18. Deschenes R-J, Broach J-R (1989) The function of RAS genes in Saccharomyces cerevisiae. Adv Cancer Res 54:79–138Google Scholar
  19. Eraso P, Gancedo J-M (1985) Use of glucose analogues to study the mechanism of glucose-mediated cAMP increase in yeast. FEBS Lett 191:51–54CrossRefGoogle Scholar
  20. Fedor-Chaiken M, Deschenes R-J, Broach J-R (1990) SRV2, a gene required for RAS activation of adenylyl cyclase in yeast. Cell 61:329–340PubMedCrossRefGoogle Scholar
  21. Field J, Nikawa J, Broek D, MacDonald B, Rodgeers L, Wilson I-A, Lerner R-A, Wigler M (1988) Purification of a RAS-responsive adenylyl cyclase complex from Saccharomyces cerevisiae by use of an epitope addition method. Mol Cell Biol 8:2159–2165PubMedGoogle Scholar
  22. Field J, Vojtek A, Ballester R, Bolger G, Colicelli J, Ferguson K, Gerst J, Kataoka T, Michaeli T, Powers S, Riggs M, Rodgers L, Wieland I, Wheland B, Wigler M (1990) Cloning and characterization of CAP, the S. cerevisiae gene encoding the 70 kd adenylyl cyclase-associated protein. Cell 61:319–327PubMedCrossRefGoogle Scholar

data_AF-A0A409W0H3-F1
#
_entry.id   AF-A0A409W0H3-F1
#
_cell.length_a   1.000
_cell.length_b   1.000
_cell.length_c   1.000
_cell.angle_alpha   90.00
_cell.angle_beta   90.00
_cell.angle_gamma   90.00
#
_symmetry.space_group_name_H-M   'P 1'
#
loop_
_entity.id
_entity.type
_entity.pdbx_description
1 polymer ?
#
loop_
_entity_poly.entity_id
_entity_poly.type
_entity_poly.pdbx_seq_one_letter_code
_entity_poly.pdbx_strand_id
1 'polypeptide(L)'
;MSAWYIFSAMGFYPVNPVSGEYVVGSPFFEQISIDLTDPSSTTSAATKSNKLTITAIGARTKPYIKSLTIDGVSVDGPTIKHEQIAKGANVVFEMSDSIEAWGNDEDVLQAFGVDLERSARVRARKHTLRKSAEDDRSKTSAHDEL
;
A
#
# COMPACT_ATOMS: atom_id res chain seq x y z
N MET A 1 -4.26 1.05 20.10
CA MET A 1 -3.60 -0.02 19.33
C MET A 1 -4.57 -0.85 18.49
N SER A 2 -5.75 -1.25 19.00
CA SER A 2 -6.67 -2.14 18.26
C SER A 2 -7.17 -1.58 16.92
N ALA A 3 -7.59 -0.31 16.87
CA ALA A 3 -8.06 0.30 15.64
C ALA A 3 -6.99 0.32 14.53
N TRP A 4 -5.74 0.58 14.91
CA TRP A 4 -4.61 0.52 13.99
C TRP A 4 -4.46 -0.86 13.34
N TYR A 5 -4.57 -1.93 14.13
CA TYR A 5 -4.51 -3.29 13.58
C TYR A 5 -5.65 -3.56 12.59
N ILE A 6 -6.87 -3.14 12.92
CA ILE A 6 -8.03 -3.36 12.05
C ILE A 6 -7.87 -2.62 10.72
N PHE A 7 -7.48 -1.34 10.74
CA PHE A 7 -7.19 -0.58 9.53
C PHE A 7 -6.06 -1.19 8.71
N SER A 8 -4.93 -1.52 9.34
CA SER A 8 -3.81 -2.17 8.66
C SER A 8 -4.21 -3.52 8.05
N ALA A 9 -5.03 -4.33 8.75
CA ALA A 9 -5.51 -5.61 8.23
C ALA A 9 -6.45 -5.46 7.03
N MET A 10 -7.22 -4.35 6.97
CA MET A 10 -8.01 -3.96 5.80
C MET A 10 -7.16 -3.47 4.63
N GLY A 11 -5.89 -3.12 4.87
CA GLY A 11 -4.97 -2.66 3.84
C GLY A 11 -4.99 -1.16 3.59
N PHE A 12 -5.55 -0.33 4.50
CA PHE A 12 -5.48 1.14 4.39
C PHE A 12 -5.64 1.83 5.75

23. Fukui Y, Kozasa T, Kaziro Y, Takeda T, Yamamoto M (1986) Role of a ras homolog in the life cycle of Schizosaccharomyces pombe. Cell 44:329–336PubMedCrossRefGoogle Scholar
  24. Gaul U, Mardon G, Rubin G-M (1992) A putative Ras GTPase activating protein acts as a negative regulator of signaling by the Sevenless receptor tyrosine kinase. Cell 68:1007–1019PubMedCrossRefGoogle Scholar
  25. Gerst J, Ferguson K, Vojtek A, Wigler M, Field J (1991) CAP is a bifunctional component of the S. cerevisiae adenylyl cyclase complex. Mol Cell Biol 11:1248–1257PubMedGoogle Scholar
  26. Gibbs J-B (1991) Ras C-terminal processing enzymes — new drug targets? Cell 65:1–4PubMedCrossRefGoogle Scholar
  27. Gibbs J-B, Marshall M-S (1989) The ras oncogene-an important regulatory element in lower eukaryotic organisms. Microbiol Rev 53:171–185PubMedGoogle Scholar
  28. Hughes D-A, Fukui Y, Yamamoto M (1990) Homologous activators of ras in fission and budding yeast. Nature 344:355–357PubMedCrossRefGoogle Scholar
  29. Imai Y, Miyake S, Hughes D-A, Yamamoto M (1991) Identification of a GTPase-activating-protein homolog in Schizosaccharomyces pombe. Mol Cell Biol 11:3088–3094PubMedGoogle Scholar
  30. Jones S, Vignais M-L, Broach J-R (1991) The CDC25 protein of Saccharomyces cerevisiae promotes exchange of guanine nucleotides bound to Ras. Mol Cell Biol 11:2641–2646PubMedGoogle Scholar